This revised edition covers the latest changes in criminal and U.S Supreme Court cases. Written by the authors of Represent Yourself in Court, Paul Bergman, J.D. and Sara Berman, J.D.
Paul Bergman is a Professor of Law at the UCLA School of Law and a recipient of a University Distinguished Teaching Award. His recent books include Reel Justice: The Courtroom Goes to the Movies (Andrews & McMeel); Trial Advocacy: Inferences, Arguments, Techniques (with Moore and Binder, West Publishing Co.) and Represent Yourself In Court and The Criminal Law Handbook (both with Berman, Nolo). He has also published numerous articles in law journals and regularly gives presentations on how law and lawyers are portrayed in film.
Sara J. Berman received her law degree from UCLA. She is a Professor at the Concord University School of Law, and a founder of the PASS Online Bar Review (www.passlaw.com). She has authored several bar review course texts and legal articles, and has lectured extensively for BarPassers, West Bar Review, and the Practicing Law Institute. She teaches criminal law, criminal procedure, criminal justice, legal writing and analysis, corporations law, and community property law. She is also the coauthor of Nolo’s Represent Yourself in Court: How to Prepare & Try a Winning Case.
Features:Revised and updated to reflect recent research and statutory changes, provides a comprehensive and concise overview of the U.S. criminal justice system.Authoritative and comprehensive overview of the U.S. criminal justice system.Includes legal decisions as a basis for much of the textual explanations. Accurately interprets the legal decisions and includes citations.Features references to current affairs and developments to illustrate legal principles in action Well-structured, teachable text. Pedagogy includes thoughtful learning objectives, chapter outlines and overviews, key terms with marginal definitions, and helpful charts and figures.
The Third Edition has been updated to include recent developments in sentencing case law and provocative discussions of policy debates across a wide range of topics, including discretion in sentencing, race, death penalty abolition, state sentencing guidelines, second-look policies, the impact of new technologies, drug courts and much more.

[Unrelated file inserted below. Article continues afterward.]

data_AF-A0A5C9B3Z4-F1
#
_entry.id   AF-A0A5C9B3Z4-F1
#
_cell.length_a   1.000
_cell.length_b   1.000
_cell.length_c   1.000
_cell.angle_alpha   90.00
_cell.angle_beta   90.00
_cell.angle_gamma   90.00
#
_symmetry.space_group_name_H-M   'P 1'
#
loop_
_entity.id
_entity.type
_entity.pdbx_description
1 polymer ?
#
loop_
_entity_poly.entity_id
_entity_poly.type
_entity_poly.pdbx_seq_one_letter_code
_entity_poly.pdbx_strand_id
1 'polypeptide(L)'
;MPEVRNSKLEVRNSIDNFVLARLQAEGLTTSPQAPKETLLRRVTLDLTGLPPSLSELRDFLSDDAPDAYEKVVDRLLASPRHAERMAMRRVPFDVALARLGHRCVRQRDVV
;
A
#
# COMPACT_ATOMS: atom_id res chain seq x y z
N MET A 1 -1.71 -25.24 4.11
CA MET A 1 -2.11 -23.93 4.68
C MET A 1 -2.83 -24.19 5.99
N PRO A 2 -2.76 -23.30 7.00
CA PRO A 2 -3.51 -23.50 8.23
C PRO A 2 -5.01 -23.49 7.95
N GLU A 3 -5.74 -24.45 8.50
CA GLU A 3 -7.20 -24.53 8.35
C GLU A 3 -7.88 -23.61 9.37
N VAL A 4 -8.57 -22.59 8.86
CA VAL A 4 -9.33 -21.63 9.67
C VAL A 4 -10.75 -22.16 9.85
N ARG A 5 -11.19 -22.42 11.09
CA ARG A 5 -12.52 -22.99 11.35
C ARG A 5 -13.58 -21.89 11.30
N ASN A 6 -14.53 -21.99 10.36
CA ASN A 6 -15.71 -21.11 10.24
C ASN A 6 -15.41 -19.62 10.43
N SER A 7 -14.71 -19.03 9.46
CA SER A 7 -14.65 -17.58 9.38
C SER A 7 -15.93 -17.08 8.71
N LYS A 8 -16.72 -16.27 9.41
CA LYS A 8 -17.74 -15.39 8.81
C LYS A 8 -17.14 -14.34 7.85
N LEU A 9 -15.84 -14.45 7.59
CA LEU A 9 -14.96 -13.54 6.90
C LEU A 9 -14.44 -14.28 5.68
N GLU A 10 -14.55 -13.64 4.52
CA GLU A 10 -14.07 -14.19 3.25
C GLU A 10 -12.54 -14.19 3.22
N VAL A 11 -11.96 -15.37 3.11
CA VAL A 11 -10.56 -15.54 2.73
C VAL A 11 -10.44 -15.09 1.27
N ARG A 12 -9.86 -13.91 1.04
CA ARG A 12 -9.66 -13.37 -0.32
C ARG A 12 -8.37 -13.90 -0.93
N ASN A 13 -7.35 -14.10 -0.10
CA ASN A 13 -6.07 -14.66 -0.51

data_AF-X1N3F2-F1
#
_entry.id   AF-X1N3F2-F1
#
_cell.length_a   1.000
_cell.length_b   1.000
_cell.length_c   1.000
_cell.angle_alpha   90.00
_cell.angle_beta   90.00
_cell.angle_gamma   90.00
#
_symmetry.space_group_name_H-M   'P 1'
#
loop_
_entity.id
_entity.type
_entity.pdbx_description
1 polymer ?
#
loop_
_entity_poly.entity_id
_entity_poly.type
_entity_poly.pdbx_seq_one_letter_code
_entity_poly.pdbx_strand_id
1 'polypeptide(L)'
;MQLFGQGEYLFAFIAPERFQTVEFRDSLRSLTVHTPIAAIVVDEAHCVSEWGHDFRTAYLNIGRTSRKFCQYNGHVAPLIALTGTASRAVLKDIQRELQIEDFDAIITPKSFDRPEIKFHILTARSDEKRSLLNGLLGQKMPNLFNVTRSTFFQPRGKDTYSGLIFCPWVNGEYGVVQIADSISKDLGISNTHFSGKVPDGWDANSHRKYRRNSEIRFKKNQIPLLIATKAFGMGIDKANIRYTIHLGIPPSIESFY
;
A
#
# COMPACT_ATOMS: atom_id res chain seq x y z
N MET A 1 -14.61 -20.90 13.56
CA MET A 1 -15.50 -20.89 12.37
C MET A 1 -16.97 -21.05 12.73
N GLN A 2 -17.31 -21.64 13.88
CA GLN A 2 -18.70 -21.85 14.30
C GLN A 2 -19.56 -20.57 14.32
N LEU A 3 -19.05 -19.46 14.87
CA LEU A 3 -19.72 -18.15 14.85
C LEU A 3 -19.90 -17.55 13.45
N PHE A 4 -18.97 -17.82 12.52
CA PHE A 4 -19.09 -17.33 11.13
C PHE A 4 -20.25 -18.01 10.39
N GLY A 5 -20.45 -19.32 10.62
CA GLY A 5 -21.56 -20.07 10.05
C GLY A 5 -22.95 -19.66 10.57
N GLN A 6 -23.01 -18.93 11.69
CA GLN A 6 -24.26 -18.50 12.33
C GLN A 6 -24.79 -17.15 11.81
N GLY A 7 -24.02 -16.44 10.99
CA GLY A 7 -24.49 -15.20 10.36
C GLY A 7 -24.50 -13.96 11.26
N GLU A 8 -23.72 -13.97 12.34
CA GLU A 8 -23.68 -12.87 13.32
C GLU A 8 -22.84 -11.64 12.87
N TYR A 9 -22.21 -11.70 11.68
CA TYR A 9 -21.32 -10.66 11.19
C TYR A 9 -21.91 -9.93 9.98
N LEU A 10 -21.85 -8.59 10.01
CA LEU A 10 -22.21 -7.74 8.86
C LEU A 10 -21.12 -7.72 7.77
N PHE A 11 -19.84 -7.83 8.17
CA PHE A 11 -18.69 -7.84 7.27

Features:Authors are among the leading sentencing scholars in the United States. Demleitner and Berman are editors of the leading sentencing journal, Federal Sentencing Reporter. Berman is the blog master of the leading sentencing blog, with huge readership. Intuitive organization tracks the process that occurs in every criminal sentencing. Each chapter draws on the most relevant examples from three distinct sentencing worlds: guideline-determinate, indeterminate, and capital. Wide-ranging source materials, including: U.S. Supreme Court decisions. Cases from state high courts, federal appellate courts, and foreign jurisdictions. Statutes and guidelines provisions. Reports and data from sentencing commissions and other agencies. Problems and questions in text are integrated with websites of sentencing commissions, such as the site for the U.S. Sentencing Commissions (www.ussc.gov). Challenging questions ask students to compare institutions and consider the connections between specific sentencing rules and the purposes and politics of criminal justice, emphasizing the effects of sentencing. Notes tell students directly what are the most common practices in U.S. jurisdictions. Instructors’ website (www.sentencingbook.net) provides the Teacher’s Manual—available only electronically on the site— with additional teaching materials to be posted as needed. Students’ website (www.sentencingbook.com) features longer collections of rules and guidelines, statutes, case studies, recent articles, practice problems, sample exams, and a virtual library.
Thoroughly updated, the revised Third Edition includes:New Supreme Court cases, including Gall, Kimbrough, Padilla (6th Amendment), and Kennedy (child rape sentencing limits). Policy debates over mass incarceration, the relevance of the budget crisis, and the state-level variation in deincarceration. Shifting authority among key actors in the crack penalty/crack reform debate, including the Fair Sentencing Act (FSA). Expanded core study of discretion in sentencing and attention to race in sentencing, with a close study of the North Carolina Racial Justice Act and the emergence of “racial impact statements” about existing systems and proposed legislation ina number of states. Death penalty abolition. Developments in state sentencing guidelines, noting stand-still in new states, and the relevance of the ALI MPC project. Emergence of “second look” policy discussions, the troubled debate over the theory, operation and impact of parole systems, and the “supervised release” that has come to replace traditional parole. Discussion of new technologies, developm
The eBook versions of this title feature links to Lexis Advance for further legal research options.
Whether you face a criminal case, work in law enforcement, or simply want to know more about the criminal law system, this book can help.
Criminal Law: A Desk Reference covers the basic to the complex in alphabetical order. Whether it’s “alibi” or “writ of habeas corpus,” the book makes it easy to find and understand what you’re looking for. It even provides links to articles about the law in your state.
With this book you’ll be able to:
• learn the law with real-life examples
• understand procedures from arraignment
• determine defenses to common crimes
• examine actual criminal statutes
• understand new movements in the law, like "revenge porn" prosecutions, and
• learn about working with a lawyer.
The third edition has been thoroughly updated to reflect the latest criminal law trends and Supreme Court rulings.